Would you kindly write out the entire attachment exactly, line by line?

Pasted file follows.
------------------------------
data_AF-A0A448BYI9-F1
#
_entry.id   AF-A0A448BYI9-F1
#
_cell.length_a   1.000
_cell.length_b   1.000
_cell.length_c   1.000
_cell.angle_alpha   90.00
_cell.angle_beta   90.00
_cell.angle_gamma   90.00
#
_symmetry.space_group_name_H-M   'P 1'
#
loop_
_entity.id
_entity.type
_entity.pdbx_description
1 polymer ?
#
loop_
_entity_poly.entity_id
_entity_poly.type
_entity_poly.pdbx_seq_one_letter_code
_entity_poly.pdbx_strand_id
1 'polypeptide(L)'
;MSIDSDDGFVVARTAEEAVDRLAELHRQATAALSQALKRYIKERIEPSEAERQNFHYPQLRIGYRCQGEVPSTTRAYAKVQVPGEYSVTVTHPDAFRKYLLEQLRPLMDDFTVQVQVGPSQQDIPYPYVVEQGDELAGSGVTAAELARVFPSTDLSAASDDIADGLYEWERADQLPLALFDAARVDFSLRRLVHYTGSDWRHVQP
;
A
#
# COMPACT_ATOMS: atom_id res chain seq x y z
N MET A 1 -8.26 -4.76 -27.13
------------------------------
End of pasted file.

data_AF-A0A448BYI9-F1
#
_entry.id   AF-A0A448BYI9-F1
#
_cell.length_a   1.000
_cell.length_b   1.000
_cell.length_c   1.000
_cell.angle_alpha   90.00
_cell.angle_beta   90.00
_cell.angle_gamma   90.00
#
_symmetry.space_group_name_H-M   'P 1'
#
loop_
_entity.id
_entity.type
_entity.pdbx_description
1 polymer ?
#
loop_
_entity_poly.entity_id
_entity_poly.type
_entity_poly.pdbx_seq_one_letter_code
_entity_poly.pdbx_strand_id
1 'polypeptide(L)'
;MSIDSDDGFVVARTAEEAVDRLAELHRQATAALSQALKRYIKERIEPSEAERQNFHYPQLRIGYRCQGEVPSTTRAYAKVQVPGEYSVTVTHPDAFRKYLLEQLRPLMDDFTVQVQVGPSQQDIPYPYVVEQGDELAGSGVTAAELARVFPSTDLSAASDDIADGLYEWERADQLPLALFDAARVDFSLRRLVHYTGSDWRHVQP
;
A
#
# COMPACT_ATOMS: atom_id res chain seq x y z
N MET A 1 -8.26 -4.76 -27.13